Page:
Received Pronunciation may be referred to as the Queen's (or King's) English, on the grounds that it is spoken by the monarch. It is also sometimes referred to as BBC English, because it was traditionally used by the BBC, yet nowadays these notions are slightly misleading. Queen Elizabeth II uses one specific form of English, whilst BBC presenters and staff are no longer bound by one type of accent. There have also long been certain words that have had more than one RP pronunciation, such as again, either, and moor.[4] This article is about the monarchy of the United Kingdom, one of sixteen that share a common monarch; for information about this constitutional relationship, see Commonwealth realm; for information on the reigning monarch, see Elizabeth II. For information about other Commonwealth realm monarchies, as well as other relevant articles, see... For other uses, see BBC (disambiguation). ... Elizabeth II (Elizabeth Alexandra Mary Windsor; born 21 April 1926) is Queen of sixteen sovereign states, holding each crown and title equally. ...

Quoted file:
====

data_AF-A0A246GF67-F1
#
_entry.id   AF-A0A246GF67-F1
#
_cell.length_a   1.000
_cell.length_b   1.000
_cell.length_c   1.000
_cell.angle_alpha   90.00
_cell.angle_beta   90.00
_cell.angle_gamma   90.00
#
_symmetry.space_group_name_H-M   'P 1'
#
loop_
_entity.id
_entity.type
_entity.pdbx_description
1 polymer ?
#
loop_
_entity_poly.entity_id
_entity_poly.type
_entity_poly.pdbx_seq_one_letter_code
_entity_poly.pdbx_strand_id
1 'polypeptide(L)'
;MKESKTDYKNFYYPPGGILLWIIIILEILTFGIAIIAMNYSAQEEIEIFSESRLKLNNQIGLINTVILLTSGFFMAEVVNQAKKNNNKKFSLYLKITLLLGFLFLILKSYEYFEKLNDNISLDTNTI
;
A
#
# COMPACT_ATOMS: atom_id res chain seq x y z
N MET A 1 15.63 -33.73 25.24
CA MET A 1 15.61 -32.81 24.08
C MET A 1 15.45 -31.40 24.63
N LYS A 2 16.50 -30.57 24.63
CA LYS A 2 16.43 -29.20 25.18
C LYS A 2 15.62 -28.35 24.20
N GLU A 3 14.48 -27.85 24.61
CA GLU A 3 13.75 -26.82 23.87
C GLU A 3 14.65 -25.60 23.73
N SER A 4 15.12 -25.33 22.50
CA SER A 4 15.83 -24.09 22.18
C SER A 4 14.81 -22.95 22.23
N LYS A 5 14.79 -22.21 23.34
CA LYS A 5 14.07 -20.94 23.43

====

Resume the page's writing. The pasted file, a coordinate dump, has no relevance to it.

It is sometimes referred to as Oxford English.[5] This was not because it was traditionally the common speech of the city of Oxford, but specifically of Oxford University; the production of dictionaries gave Oxford University prestige in matters of language. The extended versions of the Oxford Dictionary give Received Pronunciation guidelines for each word.